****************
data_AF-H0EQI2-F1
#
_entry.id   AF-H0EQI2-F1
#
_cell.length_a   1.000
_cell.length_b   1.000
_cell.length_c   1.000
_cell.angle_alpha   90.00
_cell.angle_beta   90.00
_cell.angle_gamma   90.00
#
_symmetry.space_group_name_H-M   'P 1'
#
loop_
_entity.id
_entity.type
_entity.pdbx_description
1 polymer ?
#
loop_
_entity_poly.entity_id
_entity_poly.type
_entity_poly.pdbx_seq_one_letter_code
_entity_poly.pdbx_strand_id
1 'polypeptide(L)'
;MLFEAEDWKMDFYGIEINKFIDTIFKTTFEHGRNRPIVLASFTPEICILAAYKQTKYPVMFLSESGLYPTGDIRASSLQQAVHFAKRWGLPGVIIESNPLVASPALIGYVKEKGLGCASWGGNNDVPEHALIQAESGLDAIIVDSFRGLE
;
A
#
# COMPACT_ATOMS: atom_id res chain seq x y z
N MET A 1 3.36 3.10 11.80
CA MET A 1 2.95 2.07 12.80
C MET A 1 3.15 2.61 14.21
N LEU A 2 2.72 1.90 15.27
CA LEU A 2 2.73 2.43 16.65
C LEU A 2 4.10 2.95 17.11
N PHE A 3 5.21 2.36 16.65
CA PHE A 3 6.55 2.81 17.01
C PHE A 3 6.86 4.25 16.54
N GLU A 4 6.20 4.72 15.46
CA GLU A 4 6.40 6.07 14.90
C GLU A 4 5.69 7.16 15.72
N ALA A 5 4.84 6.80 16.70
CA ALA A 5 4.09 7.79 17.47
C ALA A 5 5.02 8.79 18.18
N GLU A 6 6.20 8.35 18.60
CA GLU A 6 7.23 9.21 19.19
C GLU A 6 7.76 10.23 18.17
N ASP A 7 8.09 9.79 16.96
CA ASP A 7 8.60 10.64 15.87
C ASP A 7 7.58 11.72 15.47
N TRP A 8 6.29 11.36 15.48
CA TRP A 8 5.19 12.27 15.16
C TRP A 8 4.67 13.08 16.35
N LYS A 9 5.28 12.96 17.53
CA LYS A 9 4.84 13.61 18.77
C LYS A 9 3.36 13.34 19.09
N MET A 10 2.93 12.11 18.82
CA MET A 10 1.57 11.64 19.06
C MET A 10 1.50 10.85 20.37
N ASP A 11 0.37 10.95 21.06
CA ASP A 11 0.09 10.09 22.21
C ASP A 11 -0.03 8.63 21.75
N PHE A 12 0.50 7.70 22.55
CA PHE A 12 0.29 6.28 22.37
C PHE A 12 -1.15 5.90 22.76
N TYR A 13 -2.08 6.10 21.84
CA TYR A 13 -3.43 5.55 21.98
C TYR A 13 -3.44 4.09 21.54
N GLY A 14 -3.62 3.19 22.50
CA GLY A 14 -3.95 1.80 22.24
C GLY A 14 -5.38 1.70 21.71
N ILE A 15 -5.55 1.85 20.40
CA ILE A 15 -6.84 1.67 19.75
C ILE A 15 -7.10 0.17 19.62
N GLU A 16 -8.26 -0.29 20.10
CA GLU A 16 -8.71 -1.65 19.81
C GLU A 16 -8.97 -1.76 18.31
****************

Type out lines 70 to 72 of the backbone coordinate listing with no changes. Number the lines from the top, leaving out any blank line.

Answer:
N GLY A 14 -3.62 3.19 22.50
CA GLY A 14 -3.95 1.80 22.24
C GLY A 14 -5.38 1.70 21.71